Almost two-thirds of employers think the UK’s rate of statutory sick pay (SSP) is too low, according to research by the CIPD.
Its report, What should an effective sick pay system look like? claims the UK’s sick pay system is “broken” and fails to protect the most vulnerable members of society.
The CIPD has gathered the views of 1,000 employers, of which 62% think the current rate of £96.35 per week for up to 28 weeks should be increased.
Almost six in 10 (57%) smaller companies polled by the CIPD agreed, despite being likely to be hit hardest by sickness absence costs.
The CIPD reports that around 5.6 million people, or 17.2% of the workforce, do not currently qualify for SSP. This includes self-employed people and employees who do not meet the earnings threshold of £120 a week they need to qualify.
The precarious nature of SSP has been exposed by the pandemic, with many people feeling they must continue to work while ill or struggling financially with self-isolation.
As the new Omicron variant rips through the workforce, the CIPD has called for steps to be taken so SSP can provide a better financial safety net for these workers.
The CIPD has called for the government to raise the level of SSP to be at least equivalent to someone earning the national minimum wage or national living wage. This would mean someone aged 23 or over would expect to receive £62.37 a day.
The HR body would also like the government to remove the lower earnings limit, and potentially amend the rules to allow for phased returns to work. One option would be to remove the three qualifying days for payment of SSP.
Rachel Suff, senior employment relations adviser at the CIPD, said: “The UK’s SSP system has been broken for a long time and the pandemic has only highlighted its failure to protect the lowest paid and most vulnerable members of our society.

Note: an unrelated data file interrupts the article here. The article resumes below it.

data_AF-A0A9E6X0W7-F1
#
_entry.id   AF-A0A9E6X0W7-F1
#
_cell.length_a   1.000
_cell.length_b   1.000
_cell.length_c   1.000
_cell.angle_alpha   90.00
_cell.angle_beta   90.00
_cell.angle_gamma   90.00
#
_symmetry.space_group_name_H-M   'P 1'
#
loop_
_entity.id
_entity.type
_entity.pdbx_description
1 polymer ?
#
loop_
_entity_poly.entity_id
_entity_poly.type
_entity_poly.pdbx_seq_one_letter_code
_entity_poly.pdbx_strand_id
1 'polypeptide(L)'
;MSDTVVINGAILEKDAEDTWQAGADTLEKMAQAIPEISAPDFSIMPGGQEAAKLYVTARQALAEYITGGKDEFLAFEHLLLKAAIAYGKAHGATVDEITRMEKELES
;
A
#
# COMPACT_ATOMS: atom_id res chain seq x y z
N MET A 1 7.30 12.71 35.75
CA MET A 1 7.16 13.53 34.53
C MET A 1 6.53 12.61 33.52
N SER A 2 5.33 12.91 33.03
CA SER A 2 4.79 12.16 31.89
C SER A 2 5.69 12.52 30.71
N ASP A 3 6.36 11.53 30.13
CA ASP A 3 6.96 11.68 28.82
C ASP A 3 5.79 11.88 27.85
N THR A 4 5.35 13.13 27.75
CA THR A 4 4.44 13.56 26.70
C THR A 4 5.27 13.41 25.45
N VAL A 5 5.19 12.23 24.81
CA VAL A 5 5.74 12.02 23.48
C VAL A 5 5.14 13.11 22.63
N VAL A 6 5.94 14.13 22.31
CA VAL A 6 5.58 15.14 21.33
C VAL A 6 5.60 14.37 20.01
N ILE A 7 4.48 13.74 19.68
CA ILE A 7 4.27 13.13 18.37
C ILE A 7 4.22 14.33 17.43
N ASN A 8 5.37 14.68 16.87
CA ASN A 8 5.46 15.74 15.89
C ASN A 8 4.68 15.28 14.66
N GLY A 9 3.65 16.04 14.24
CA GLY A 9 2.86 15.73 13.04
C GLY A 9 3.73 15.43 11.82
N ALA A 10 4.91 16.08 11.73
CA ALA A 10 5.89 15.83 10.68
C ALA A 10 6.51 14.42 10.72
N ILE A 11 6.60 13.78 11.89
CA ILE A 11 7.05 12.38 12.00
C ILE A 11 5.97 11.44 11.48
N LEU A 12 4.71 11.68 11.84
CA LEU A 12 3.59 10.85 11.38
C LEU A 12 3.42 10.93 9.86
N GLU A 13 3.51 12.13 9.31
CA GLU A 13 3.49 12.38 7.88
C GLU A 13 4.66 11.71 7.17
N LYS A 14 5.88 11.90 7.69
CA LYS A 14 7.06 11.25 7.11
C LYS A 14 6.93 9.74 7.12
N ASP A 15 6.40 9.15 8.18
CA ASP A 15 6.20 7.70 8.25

“However, despite a number of government consultations proposing reforms to SSP, there are currently no real plans to improve the system.
“With an ageing workforce and skills shortages, it’s even more important that we have an effective SSP system to help employers attract and retain a diverse workforce.
“Not only does SSP need to provide an effective financial safety net for those unable to work when sick, it needs to better reflect today’s labour market.”
Suff urged the government to consult on how the system could cover those in atypical work, including the self-employed.
The CIPD is also encouraging employers to ensure they have a financial wellbeing strategy that covers elements such as paying a living wage, making sure their workforce is aware of all the benefits currently offered and information about where to get free, independent money and debt advice.
A further measure might be to introduce an occupational sick pay scheme offering enhanced pay above the statutory minimum for employees who cannot work when sick, it advised.
The TUC has also called for an increase to SSP and reform of the payment more generally, warning that self-isolation brought about by higher rates of Covid transmission could mean thousands of workers miss out.